In the comics, Ra's Al Ghul doesn't want to kill Batman; far from it, in fact. He deeply respects the 'Detective', as he calls him, and actually wants Batman to marry Talia and become his rightful heir. The fact that Ra's admires Batman has always been a very interesting aspect of their relationship.
In Gotham, the show's creators emulated this somewhat by having Ra's become obsessed with a prophecy that said a young man would rise to become the protector and dark hero of Gotham City, and that this man would be his heir. Ra's comes to believe Bruce is the young man in the prophecy: Gotham's 'Dark Knight'.
4 CHANGED: CHOOSES BARBARA KEAN WHEN BRUCE REJECTS HIM
Gotham departed significantly from the comics when they showed that Ra's, in response to Bruce Wayne rejecting him, simply moved on to someone else! In the show he resurrects Barbara Kean and trains her to be his new heir, sending her to retrieve the Kurdish Dagger that was bestowed upon him when he was first resurrected by a Lazarus Pit.
It strikes very much of Ra's simply choosing someone else out of convenience. In the comics, there have only ever been two people, aside from Batman, considered worthy enough to be true contenders: Bane (which Talia disagreed with) and Damian Wayne, Bruce's son (and Ra's grandson).
3 CHANGED: ONLY ONE WEAPON CAN KILL HIM - THE KURDISH DAGGER
In Gotham, there is only one way to kill Ra's Al Ghul: his true heir must wield the Kurdish Dagger Ra's was given when he first resurrected by a Lazarus Pit in 125 A.D. In the show, Ra's has died twice. First, when Bruce Wayne used the knife on him in the sub-basement of Blackgate Penitentiary and for a second time when Bruce and Barbara Kean used the knife together on him (after he had been resurrected by Barbara's Sisters Of The League).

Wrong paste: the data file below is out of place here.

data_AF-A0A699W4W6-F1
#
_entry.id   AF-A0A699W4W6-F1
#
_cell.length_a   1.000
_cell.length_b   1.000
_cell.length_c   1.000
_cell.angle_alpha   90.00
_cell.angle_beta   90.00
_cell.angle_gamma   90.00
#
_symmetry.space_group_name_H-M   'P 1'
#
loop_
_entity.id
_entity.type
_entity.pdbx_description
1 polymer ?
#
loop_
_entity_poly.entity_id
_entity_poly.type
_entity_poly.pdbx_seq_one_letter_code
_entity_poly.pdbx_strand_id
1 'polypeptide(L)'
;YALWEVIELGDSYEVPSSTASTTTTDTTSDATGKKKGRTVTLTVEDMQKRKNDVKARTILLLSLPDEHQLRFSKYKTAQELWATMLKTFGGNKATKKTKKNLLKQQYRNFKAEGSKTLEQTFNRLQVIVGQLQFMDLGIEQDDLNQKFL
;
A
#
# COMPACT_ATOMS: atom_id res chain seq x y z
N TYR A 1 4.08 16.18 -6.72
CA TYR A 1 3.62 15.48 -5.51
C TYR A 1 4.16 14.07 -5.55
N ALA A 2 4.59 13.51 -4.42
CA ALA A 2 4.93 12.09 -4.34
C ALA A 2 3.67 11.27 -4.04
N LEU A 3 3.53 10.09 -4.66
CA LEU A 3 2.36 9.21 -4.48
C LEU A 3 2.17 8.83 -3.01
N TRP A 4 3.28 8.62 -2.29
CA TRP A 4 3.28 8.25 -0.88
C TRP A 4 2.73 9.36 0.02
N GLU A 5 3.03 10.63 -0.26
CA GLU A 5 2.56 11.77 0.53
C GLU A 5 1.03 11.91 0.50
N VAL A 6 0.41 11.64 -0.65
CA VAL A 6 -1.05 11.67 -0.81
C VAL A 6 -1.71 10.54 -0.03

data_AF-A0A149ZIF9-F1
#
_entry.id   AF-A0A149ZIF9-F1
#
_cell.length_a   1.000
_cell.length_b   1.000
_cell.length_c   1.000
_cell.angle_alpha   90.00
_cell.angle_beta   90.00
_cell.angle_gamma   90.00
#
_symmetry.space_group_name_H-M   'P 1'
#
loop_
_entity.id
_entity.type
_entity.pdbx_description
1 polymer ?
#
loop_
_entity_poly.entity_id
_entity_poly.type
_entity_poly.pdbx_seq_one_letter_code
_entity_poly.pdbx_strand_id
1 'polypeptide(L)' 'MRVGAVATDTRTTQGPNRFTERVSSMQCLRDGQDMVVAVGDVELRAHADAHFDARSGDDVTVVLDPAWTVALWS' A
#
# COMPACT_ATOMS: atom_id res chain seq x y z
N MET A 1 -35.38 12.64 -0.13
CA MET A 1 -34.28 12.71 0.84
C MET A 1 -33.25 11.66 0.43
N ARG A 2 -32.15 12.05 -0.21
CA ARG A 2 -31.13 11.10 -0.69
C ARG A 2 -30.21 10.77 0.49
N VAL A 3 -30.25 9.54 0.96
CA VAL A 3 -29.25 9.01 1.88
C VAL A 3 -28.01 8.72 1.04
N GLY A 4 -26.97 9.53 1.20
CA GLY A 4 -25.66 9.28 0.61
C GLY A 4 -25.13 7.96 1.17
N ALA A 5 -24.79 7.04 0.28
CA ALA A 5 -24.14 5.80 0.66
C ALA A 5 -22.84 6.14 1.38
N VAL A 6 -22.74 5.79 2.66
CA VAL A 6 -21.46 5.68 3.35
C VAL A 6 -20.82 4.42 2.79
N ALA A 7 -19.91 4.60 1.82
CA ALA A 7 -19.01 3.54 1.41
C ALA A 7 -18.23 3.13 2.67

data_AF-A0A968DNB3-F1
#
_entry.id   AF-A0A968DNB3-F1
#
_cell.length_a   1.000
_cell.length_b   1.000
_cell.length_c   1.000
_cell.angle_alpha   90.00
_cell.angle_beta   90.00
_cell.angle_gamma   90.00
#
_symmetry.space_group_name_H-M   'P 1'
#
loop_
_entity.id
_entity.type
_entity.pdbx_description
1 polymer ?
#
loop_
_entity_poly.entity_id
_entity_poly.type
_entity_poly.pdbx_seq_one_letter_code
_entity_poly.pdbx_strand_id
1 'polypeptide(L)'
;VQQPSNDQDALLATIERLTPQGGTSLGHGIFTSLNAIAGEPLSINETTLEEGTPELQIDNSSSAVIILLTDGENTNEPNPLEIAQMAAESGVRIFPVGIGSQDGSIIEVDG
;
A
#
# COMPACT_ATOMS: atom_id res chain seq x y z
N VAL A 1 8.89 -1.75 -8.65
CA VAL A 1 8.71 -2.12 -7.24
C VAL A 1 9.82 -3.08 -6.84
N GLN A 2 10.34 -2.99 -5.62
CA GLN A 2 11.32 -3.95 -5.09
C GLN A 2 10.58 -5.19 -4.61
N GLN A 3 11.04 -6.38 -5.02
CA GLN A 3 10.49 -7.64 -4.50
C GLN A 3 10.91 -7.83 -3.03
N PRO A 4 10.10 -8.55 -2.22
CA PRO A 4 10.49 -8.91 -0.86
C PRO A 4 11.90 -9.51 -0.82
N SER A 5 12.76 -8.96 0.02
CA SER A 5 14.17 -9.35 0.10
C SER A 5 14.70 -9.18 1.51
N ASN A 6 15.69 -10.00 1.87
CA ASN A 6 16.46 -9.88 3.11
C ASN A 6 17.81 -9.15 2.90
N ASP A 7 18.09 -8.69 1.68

In the comics, there is no one method of ending Ra's life. His most notable comic book death came when his daughters Talia and Nyssa murdered him during the 'Death And The Maidens' storyline.
2 CHANGED: 'THE DEMON'S HEAD' IS A POWER/WEAPON?
In DC Comics' history, it has always been said that Ra's Al Ghul's name in Arabic translates as 'The Demon's Head'. In Gotham, the show's creators went a step further than the comics have ever gone and made 'the demon's head' a power that Ra's could pass on from himself to another person!
It manifested as a mystical light beacon emanating from his hand and it gave him the power to see into the past and future, as well as call the League Of Shadows to him. He passed it to Barbara Kean when he died, but after he was brought back he took the power back as well, using it to regenerate his body parts in mere seconds.
1 CHANGED: RA'S IS ASSOCIATED WITH THE COURT OF OWLS
One of the best recent additions to the DC Universe, the Court Of Owls first debuted during Scott Snyder and Greg Capullo's The New 52 Batman run, which began in 2011. The secret society became an important part of Gotham when they first appeared near the end of season two, and became a recurring antagonist in season's three and four.
It was revealed that Ra's Al Ghul was the man behind their curtain, as he controlled their leader Sensei and was, therefore, able to use the Court as pawns in his plan to prepare Gotham City for destruction. In the comics, Ra's has no association with the Court whatsoever.